Co-parenting after a divorce is no easy task, and it can be a process of constant give-and-take with your former spouse on everything from bedtimes to holiday plans. But there might be times when you're not willing to compromise—for example, if your ex is instilling religious intolerance into your kids or teaching them to look down on faiths other than their own. What should you do in this tricky situation?
Religion and Co-Parenting
In Pennsylvania, custody agreements can include provisions about a child's religious upbringing, like whether they will attend church or religion classes. Courts are hesitant to infringe on someone's First Amendment right to practice their religion as they see fit, including taking children to religious services or instilling the tenets of any religion into their daily life, as long as they are not harming the children in some way. However, that reluctance doesn't mean that you have to just stand by and let your former spouse indoctrinate your children into religious views that you disagree with, such as intolerance of other faiths.
To start, evaluate what your custody agreement says about religion. If you and your ex agreed that your kids would attend religious services, did you specify what church they would go to? Or what religious denomination they would be raised in? If your spouse is taking them to a different house of worship, that may violate the custody agreement, making this something you can ask a court to address. Contact Pennsylvania family law attorney Joseph Lento and the Lento Law Firm Team for help in this type of situation.
When You and Your Former Spouse Disagree
But if your custody agreement isn't clear on this matter or your former spouse isn't violating the letter of it, you may have to address the issue differently. If possible, start by having an honest discussion with your ex about their behavior and your concerns. Be clear about your objections and the changes you'd like your ex to make. This may be enough to make them rethink what they are teaching your children.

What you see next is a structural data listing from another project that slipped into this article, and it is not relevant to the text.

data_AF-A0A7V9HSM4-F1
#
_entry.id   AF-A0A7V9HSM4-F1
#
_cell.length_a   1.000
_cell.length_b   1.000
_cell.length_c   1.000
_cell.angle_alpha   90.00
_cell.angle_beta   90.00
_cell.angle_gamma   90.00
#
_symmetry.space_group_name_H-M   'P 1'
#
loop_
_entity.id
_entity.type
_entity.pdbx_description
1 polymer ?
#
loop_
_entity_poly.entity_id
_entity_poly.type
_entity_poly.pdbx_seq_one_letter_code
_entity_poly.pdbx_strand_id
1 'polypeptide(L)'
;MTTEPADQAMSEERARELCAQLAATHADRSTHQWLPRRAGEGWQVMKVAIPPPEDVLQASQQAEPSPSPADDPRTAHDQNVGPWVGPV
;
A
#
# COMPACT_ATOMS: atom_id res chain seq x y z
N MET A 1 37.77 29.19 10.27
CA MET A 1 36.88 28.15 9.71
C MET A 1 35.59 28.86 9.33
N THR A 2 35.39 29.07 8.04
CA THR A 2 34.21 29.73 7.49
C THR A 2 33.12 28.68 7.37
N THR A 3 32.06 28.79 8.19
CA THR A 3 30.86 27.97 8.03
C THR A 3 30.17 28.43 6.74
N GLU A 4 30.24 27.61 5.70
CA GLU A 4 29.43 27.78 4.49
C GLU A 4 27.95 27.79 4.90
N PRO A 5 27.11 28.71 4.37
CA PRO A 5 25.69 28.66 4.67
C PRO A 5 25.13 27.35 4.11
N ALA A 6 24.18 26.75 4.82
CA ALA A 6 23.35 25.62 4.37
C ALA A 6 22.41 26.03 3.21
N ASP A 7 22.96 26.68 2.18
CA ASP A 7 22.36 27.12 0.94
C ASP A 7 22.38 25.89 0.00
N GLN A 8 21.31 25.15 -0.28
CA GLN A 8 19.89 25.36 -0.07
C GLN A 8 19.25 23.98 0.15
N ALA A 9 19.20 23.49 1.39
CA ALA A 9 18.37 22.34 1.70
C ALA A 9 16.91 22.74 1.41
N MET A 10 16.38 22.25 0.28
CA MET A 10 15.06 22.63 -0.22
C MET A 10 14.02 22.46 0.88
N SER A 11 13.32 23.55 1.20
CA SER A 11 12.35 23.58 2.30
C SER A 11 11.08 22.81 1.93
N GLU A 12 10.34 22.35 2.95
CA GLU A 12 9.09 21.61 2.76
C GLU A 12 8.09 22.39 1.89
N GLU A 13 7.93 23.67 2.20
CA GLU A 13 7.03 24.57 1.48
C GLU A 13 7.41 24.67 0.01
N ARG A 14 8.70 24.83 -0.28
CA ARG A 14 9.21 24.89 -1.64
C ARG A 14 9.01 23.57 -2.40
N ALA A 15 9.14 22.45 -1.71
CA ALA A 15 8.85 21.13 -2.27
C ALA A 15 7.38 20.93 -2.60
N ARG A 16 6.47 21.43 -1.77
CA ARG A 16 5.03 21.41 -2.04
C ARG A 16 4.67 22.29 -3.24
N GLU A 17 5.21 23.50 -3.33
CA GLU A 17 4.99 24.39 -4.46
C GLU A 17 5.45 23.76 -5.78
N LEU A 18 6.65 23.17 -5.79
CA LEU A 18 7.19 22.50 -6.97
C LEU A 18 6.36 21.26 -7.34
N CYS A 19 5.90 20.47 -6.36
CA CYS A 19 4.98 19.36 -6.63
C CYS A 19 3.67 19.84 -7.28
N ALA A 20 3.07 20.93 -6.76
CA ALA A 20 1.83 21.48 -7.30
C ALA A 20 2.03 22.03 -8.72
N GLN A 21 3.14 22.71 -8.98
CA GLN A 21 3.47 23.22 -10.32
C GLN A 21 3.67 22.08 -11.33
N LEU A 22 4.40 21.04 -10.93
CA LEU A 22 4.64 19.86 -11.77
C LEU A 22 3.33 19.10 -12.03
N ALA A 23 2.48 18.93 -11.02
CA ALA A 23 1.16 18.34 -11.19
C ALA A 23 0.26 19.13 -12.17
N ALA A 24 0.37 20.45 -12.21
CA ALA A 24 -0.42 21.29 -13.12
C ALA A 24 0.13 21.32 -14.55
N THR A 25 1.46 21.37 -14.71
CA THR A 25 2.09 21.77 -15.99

You can also sit down with your kids, discuss what your ex has been teaching them, and give them another point of view to consider. In some cases, you may be able to help your children make up their own minds instead of getting pulled into your ex's beliefs. However, you should be careful not to insult your ex or their religious beliefs.
If what your ex is teaching your kids is extreme enough to make them do something like act out at school (for example, by bullying kids of other religions), that changes the stakes of the situation, and you could argue that your ex's behavior is harming the kids. In this case, it's important to make sure the behavior is documented by a school official. Speak with experienced Pennsylvania family law attorney Joseph Lento to discuss how you can update your custody agreement to address cases like this.
Getting Help When You Need It
Divorce and co-parenting are difficult, and it's important to have a committed advocate on your side. Call 888-535-3686 to schedule a consultation with the Lento Law Firm if you have questions about how to deal with your ex. Attorney Joseph D. Lento can help you navigate the complex family law system to make sure your kids are being raised in a safe, healthy environment that truly reflects your values.
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